IRS Mess Doesn't Bode Well for Health Care Law

Article excerpt

Let us stipulate that now might not be the best time -- with IRS officials exposed for abusing power, caught in self-serving deceptions, invoking their constitutional right against self-incrimination -- to dramatically expand the authority and size of their agency. But this is what Obamacare requires. Thousands of new IRS agents will implement 40-odd provisions of the Patient Protection and Affordable Care Act -- the exact number a matter of dispute since the law itself is so confusing. The largest tax law and social policy change in a generation will be imposed on a skeptical public by a government agency whose credibility is in ruins.

But the IRS is not merely implementing Obamacare. It engaged in a regulatory power grab to ensure that it could implement Obamacare.

As written, the Affordable Care Act provides tax credits and subsidies for the purchase of health insurance through exchanges that are run by "a governmental agency or nonprofit entity that is established by a state." Since the federal government is constitutionally forbidden from ordering states to create exchanges, the law provides incentives to ensure their cooperation. This was part of the reform's political appeal: Federal subsidies mediated through state institutions.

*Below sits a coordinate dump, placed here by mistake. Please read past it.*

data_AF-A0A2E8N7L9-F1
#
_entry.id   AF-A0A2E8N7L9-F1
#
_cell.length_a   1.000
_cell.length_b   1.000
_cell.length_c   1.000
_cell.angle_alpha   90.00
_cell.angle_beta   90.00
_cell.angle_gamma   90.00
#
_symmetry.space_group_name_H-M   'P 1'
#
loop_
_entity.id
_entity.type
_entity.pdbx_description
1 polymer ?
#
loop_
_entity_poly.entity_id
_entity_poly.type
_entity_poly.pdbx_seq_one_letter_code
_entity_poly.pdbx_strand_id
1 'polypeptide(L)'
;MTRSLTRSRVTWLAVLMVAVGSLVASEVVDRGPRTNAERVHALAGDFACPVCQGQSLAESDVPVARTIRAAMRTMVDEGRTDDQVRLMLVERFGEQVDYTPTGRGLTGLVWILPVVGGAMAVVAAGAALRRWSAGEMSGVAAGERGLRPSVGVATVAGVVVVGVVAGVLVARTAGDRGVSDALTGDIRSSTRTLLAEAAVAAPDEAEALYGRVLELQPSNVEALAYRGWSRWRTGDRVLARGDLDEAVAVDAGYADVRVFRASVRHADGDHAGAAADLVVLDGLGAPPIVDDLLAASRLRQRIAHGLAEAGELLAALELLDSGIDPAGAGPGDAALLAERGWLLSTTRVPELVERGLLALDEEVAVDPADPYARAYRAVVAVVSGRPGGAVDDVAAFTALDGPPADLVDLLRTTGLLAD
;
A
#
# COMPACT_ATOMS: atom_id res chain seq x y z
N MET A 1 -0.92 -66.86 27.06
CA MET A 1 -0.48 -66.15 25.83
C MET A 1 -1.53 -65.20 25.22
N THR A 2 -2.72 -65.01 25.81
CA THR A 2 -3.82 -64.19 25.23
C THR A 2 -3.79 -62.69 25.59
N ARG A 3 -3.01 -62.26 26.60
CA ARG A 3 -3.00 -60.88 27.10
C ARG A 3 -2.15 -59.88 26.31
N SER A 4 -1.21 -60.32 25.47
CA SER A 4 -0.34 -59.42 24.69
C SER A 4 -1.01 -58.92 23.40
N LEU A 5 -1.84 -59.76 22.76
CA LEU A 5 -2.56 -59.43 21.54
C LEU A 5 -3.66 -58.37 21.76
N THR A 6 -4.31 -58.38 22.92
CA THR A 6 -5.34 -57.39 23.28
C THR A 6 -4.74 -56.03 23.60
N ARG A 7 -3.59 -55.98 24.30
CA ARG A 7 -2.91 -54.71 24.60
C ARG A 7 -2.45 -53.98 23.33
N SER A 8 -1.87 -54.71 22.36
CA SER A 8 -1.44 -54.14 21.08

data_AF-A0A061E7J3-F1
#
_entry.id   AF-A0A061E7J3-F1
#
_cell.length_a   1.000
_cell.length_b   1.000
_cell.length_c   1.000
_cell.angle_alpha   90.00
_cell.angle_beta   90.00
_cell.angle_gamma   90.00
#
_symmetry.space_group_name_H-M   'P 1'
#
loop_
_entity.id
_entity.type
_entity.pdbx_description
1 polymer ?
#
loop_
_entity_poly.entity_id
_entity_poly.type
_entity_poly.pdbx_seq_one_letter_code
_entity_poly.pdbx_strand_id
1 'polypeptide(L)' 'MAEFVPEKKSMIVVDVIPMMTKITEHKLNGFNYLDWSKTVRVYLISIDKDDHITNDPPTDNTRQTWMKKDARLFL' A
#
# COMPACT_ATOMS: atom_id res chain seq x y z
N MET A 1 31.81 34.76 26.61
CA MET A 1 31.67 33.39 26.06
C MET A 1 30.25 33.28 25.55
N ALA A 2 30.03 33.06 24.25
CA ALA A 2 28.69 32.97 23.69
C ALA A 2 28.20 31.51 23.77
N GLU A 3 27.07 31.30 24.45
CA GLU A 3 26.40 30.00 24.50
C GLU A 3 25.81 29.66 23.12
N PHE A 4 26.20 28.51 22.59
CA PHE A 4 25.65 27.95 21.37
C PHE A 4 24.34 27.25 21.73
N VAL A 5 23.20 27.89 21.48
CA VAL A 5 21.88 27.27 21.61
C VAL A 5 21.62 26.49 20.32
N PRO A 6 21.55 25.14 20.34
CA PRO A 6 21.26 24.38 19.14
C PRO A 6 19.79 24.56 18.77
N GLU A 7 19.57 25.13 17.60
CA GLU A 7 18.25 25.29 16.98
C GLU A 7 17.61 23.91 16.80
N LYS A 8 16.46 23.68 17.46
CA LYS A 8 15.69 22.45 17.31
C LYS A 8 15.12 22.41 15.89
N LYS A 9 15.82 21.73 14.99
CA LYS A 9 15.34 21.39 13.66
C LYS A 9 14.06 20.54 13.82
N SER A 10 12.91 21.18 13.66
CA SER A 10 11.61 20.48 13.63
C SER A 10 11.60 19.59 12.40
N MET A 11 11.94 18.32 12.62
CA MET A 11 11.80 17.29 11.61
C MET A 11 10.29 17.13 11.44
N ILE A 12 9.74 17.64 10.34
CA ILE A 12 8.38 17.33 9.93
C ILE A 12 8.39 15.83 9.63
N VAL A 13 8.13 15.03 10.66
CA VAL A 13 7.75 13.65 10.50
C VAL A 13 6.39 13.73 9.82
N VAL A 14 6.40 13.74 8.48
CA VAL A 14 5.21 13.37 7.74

But 33 states have so far refused to create health exchanges. The law allows the Department of Health and Human Services to set up federal health exchanges in the holdout states. But the statute makes no mention of the IRS providing credits and subsidies through federal exchanges. Without subsidies, employers and some individuals in those states would be exempt from mandates. Obamacare would be unworkable in over half the country.

The IRS resolved this conundrum by denying its existence. In a May 2012 regulatory ruling, it asserted its own right to provide credits outside the state exchanges as the reasonable interpretation of an ambiguous law. …